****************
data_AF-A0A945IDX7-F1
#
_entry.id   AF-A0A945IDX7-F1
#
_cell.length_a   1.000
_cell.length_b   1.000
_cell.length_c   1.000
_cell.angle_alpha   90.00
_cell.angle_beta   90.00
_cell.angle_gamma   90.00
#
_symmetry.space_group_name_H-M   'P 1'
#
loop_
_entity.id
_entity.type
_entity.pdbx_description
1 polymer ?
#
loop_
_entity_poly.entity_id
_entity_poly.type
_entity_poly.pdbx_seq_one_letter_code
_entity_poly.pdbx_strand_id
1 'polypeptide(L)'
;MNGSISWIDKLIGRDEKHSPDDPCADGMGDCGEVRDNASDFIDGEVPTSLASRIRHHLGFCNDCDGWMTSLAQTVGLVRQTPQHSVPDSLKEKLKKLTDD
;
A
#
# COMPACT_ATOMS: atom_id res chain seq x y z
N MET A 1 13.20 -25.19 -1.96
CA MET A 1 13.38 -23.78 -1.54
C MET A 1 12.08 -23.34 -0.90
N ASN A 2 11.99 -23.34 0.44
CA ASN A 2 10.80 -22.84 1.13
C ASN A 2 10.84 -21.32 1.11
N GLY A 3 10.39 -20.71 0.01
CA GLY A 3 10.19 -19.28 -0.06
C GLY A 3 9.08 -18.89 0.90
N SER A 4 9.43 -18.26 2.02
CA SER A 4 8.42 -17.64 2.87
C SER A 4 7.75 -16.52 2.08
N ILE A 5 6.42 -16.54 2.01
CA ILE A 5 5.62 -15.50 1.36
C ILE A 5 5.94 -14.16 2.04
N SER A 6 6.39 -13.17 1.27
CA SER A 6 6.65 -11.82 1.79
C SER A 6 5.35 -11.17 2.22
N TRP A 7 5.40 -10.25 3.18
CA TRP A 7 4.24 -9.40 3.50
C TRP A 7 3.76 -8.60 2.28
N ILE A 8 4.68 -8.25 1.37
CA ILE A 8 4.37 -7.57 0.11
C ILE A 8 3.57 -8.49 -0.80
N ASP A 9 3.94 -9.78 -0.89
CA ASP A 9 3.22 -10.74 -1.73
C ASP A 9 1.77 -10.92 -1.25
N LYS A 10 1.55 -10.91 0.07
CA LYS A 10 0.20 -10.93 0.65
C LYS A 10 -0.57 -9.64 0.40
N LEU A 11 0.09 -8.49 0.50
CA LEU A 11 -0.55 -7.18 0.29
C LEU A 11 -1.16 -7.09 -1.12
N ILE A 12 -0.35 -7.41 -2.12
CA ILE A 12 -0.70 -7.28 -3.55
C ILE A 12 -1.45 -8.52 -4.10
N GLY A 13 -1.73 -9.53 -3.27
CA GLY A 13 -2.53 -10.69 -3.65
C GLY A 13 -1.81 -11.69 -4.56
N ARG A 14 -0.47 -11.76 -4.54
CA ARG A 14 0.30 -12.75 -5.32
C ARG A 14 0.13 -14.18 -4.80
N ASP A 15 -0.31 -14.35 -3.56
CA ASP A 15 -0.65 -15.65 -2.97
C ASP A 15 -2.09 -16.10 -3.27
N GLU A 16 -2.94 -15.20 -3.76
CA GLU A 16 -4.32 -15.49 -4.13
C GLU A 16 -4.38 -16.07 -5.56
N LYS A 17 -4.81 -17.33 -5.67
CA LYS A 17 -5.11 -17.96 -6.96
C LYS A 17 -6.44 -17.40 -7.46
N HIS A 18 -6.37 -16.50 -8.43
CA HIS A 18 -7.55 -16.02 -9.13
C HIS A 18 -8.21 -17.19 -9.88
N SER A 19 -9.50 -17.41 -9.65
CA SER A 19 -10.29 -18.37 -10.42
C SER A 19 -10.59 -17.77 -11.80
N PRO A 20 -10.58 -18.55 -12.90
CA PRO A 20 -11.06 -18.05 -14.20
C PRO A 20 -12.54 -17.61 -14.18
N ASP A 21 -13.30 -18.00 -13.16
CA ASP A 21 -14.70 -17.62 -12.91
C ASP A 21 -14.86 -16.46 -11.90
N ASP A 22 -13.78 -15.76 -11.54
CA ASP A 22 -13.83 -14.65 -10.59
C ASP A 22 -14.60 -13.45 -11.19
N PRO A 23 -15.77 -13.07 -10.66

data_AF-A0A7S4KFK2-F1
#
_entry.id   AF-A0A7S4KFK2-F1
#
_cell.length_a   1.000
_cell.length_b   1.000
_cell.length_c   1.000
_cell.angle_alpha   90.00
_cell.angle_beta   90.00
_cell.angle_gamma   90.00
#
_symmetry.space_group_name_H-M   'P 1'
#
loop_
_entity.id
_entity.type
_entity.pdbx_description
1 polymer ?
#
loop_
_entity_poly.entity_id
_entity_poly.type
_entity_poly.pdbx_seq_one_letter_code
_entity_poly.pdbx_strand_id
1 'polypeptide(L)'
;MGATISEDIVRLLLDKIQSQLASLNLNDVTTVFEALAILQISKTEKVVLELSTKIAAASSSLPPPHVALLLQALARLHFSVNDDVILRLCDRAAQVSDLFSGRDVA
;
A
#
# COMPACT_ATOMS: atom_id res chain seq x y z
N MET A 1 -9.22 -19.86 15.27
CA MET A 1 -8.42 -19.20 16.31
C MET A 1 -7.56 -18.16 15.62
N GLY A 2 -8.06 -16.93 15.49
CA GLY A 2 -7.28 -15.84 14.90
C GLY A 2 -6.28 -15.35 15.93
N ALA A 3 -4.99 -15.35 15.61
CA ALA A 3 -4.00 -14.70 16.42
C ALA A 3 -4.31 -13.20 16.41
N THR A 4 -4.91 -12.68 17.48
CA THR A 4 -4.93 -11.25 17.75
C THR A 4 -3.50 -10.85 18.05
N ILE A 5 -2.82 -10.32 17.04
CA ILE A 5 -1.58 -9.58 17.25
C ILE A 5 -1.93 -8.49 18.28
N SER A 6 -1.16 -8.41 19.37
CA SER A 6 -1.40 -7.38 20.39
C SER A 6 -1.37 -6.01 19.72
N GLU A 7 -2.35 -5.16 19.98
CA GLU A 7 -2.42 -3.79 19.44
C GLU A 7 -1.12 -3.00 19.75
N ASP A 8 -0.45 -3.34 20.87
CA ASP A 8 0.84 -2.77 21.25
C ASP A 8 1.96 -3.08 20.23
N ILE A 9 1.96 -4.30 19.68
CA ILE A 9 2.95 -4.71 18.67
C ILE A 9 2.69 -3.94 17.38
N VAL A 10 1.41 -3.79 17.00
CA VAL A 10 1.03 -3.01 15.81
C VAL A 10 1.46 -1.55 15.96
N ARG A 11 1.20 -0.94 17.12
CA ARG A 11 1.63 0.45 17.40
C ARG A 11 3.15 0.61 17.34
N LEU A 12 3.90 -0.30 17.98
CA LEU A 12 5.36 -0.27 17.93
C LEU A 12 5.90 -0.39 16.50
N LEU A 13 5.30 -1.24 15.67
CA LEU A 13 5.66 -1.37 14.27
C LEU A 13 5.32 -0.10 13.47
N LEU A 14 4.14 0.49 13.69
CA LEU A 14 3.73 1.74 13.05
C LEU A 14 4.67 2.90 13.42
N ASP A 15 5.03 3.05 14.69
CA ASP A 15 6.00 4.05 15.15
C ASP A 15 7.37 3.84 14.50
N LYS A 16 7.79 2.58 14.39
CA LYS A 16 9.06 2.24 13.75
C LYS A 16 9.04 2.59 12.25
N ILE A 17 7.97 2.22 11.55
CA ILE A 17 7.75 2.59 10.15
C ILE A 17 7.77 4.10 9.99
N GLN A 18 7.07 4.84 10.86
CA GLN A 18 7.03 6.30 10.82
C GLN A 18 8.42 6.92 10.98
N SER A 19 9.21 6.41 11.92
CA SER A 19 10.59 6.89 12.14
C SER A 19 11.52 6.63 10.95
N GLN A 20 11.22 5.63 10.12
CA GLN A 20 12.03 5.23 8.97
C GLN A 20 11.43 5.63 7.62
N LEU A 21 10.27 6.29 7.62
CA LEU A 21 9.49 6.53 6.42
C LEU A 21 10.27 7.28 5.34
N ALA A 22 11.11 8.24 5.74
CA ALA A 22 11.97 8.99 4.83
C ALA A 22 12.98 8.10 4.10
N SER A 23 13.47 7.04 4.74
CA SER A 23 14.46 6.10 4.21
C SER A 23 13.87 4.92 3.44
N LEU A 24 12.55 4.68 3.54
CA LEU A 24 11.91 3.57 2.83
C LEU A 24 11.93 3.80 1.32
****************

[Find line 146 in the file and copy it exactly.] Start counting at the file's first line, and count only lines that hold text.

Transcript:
N GLU A 7 -2.35 -5.16 19.98